Flame Trees, now at the Depot Theatre, follows the journey of a young woman, Tess, returning her small country town following exile for an unforgiveable crime that resulted in the death of her best friend and shook the entire community. It’s a weighty play that considers guilt, forgiveness, family ties, and love.
Unfortunately, it often fails to rise to the gravity of these themes.
While at first the play is compelling in its intrigue, once the crime for which Tess was imprisoned is revealed, the rest of the pieces (a reunion with an old boyfriend, confronting her unforgiving community, confronting family loyalties) fall quickly into place long before the script reveals them, leaving us with a limp story that holds no surprises or reward.
Wayne Tunks has identified some moments of honesty and intimacy in his paint-by-numbers script. Tess (an apathetic Isabel Dickson) and Andy (an underwhelming Jace Pickard) have a turbulent romance that feels dramatically rewarding. However, these moments are scattered sparingly through a narrative that rarely feels real, fuelled by melodrama and dramatic clichés which make it difficult to understand the depths of the town’s grief and Tess’ remorse.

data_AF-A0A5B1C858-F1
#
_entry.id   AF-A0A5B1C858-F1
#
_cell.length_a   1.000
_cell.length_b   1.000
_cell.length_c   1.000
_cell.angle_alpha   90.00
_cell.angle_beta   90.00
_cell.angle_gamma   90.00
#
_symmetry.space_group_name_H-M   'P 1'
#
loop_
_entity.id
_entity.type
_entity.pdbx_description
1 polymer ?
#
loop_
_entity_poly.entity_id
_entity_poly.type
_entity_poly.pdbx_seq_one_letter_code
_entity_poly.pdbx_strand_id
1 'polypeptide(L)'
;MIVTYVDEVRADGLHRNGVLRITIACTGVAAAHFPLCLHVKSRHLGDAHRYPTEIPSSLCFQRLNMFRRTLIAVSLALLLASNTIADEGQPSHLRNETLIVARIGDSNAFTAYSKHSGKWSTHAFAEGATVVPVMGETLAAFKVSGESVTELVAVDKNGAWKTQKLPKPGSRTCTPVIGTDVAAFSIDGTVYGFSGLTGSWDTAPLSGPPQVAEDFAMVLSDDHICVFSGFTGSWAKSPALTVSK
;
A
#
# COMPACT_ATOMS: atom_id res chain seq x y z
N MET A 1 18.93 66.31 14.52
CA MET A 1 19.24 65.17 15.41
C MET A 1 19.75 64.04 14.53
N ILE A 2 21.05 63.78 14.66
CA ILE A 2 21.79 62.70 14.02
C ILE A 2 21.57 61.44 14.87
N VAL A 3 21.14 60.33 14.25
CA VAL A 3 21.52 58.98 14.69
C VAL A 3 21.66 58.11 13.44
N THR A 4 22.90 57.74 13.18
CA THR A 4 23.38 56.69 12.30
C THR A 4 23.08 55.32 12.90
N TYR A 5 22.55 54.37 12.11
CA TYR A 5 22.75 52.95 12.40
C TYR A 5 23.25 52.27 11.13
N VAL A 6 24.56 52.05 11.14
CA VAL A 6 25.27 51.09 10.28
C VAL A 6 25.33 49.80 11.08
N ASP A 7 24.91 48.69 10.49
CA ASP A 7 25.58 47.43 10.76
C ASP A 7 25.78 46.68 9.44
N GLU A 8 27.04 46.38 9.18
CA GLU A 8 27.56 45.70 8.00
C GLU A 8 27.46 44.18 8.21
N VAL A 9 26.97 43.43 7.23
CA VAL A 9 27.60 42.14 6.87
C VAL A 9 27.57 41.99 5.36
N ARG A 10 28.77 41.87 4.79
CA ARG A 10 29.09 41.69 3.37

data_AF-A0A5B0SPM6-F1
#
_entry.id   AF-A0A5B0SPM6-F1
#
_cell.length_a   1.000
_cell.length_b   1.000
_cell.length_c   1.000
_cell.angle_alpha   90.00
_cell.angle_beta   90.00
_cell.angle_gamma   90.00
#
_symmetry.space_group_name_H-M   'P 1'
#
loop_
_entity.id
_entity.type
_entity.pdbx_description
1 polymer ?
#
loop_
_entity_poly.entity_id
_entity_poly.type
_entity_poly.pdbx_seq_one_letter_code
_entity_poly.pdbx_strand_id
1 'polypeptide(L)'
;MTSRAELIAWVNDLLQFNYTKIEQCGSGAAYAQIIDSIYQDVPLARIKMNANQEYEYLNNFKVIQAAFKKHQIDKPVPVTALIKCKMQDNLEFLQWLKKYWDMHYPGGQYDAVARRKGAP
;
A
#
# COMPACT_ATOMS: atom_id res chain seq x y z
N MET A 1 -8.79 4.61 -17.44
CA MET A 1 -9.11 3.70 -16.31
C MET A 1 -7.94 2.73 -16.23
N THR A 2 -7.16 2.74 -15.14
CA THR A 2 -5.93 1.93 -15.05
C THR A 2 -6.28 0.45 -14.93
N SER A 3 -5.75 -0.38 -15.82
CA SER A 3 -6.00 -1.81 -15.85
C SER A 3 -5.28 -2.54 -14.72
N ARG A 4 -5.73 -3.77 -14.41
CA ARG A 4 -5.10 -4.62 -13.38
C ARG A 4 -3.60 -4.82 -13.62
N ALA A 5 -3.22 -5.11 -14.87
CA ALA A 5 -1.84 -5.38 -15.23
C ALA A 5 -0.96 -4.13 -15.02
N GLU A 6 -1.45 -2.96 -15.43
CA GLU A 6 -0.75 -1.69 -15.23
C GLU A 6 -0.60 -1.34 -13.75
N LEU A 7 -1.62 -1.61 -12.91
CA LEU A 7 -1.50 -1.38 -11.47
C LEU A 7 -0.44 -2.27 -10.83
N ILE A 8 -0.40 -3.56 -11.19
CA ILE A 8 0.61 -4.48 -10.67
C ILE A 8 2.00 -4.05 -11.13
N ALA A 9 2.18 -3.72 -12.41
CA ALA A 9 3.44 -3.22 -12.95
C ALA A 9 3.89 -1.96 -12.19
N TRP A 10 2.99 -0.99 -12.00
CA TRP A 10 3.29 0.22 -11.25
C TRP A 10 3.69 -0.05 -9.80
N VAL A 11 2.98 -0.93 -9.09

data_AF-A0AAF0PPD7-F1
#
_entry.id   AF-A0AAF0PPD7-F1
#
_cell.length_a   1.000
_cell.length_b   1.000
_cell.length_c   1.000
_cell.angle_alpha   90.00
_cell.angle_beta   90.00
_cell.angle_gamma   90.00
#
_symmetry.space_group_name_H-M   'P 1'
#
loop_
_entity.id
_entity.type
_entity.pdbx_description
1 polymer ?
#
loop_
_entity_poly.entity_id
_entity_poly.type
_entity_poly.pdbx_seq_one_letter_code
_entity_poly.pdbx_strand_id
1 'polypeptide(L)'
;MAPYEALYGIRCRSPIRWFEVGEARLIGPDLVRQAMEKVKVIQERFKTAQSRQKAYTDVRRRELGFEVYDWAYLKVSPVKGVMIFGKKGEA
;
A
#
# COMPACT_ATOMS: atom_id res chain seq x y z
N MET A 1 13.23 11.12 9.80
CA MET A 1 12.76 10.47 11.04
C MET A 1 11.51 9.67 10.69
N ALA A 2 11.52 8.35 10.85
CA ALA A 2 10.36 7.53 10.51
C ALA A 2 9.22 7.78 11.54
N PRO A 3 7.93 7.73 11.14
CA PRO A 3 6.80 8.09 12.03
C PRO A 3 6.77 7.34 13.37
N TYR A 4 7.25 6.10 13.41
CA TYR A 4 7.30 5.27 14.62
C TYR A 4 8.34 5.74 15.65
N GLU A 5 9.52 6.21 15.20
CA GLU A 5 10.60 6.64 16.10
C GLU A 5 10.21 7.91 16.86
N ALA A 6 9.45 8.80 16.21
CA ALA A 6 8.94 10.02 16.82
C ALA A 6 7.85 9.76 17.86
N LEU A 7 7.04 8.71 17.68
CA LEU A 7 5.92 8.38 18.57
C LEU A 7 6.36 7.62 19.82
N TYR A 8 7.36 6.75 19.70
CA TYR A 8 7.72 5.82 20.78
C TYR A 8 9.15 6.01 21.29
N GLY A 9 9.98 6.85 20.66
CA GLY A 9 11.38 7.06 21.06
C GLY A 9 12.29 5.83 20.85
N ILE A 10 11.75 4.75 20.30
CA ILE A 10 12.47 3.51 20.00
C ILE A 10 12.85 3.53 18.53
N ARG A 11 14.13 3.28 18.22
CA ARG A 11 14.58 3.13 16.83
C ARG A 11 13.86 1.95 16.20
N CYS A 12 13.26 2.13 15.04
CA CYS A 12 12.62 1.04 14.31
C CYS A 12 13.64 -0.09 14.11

With a shallow script, it’s up to the actors to find some human complexity in the work, and it’s a near impossible task. Dickson has some affecting moments of grief and anger but for the majority of the play Tess feels like a blank slate. Packard’s Andy frequently trades aloofness for absence of feeling but when the two are on the same page, the scenes rise above the material; his scenes with fiancée Monica (Karina Bracken) are a struggle.
Simeon Yialeloglou’s direction does little to aid this muted piece. He helps shade the troubled romance in a compelling way but the rest of the play feels stilted and forced, especially in the play’s denouement, where the stakes are significantly raised and the entire ensemble is required to work together.
The writer, Tunks, who also features in the cast as Tess’ disabled brother, produced the show. It is perhaps because the creative team is too close to the production that it lacks drive and often avoids risk-taking to its detriment.
The premise of the play has great potential – a small country town torn apart by grief and guilt, a wounded lover trying to forgive his girlfriend who has returned, a young girl struggling with the death of her best friend – yet this production is hollow, rather than exciting.